ALBUQUERQUE, N.M. (AP) — New Mexico regulators scheduled a special meeting Monday to consider adding horse races to the to the remaining schedule at Sunland Park and the disbursement of millions of dollars in purse money in the wake of a horse herpes outbreak that forced a weeks-long cancellation of live racing earlier this year.
The outbreak in January led officials to shut down racing for several weeks and implement a quarantine at the track near the New Mexico-Texas border in an effort to limit the spread of the fast-moving EHV-1 virus. Dozens of horses tested positive and several had to be euthanized.
Racing at Sunland Park resumed late last month, but horsemen said they lost 180 races because of the outbreak and purse money was affected as a result. The average purse payout per racing day at Sunland Park ranges from $200,000 to $250,000.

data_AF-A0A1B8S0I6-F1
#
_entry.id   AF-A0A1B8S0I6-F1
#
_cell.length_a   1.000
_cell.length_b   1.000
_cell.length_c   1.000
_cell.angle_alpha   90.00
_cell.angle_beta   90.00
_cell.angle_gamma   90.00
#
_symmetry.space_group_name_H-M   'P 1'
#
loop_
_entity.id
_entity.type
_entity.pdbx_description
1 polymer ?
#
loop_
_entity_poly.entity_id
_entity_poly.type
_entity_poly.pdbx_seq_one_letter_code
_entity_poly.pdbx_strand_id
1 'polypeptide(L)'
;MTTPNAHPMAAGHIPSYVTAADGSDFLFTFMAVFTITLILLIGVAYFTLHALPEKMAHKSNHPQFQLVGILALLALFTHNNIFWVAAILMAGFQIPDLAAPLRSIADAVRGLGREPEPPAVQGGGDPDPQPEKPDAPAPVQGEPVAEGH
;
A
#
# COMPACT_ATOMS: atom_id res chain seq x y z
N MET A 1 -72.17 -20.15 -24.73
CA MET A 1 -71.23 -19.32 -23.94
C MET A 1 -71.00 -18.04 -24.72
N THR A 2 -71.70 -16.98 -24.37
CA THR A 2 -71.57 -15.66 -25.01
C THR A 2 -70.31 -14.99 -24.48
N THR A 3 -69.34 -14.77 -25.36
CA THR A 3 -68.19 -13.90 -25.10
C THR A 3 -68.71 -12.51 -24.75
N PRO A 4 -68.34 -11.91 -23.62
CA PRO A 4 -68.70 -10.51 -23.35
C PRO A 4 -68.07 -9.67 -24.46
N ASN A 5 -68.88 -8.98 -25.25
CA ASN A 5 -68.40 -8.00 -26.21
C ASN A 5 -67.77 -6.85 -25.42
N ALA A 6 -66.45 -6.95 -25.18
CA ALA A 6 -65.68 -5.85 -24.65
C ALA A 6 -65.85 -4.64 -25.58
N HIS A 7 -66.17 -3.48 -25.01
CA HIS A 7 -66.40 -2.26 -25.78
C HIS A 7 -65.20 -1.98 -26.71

The New Mexico Horsemen’s Association is asking the state Racing Commission to add two races per day for the remainder of the meet along with three additional race days.
The commission will also consider a request by track officials to raise overnight purses by 15 percent starting Tuesday through May 3.
The New Mexico Livestock Board lifted the quarantine at Sunland Park in early March as state and track officials declared the virus contained. That cleared the way for horses to come and go at the track, but new protocols were adopted to ensure horses have health certificates and vaccinations before entering licensed tracks throughout the state.
The EHV-1 virus is highly contagious among horses, but it poses no threat to humans. Symptoms include a fever, nasal discharge and a wobbly gait. In severe cases, it can cause neurological problems and result in death.
The horsemen’s group said it is urging its membership to continue taking precautions since the virus can spread through the air as well as contaminated equipment, clothing and hands.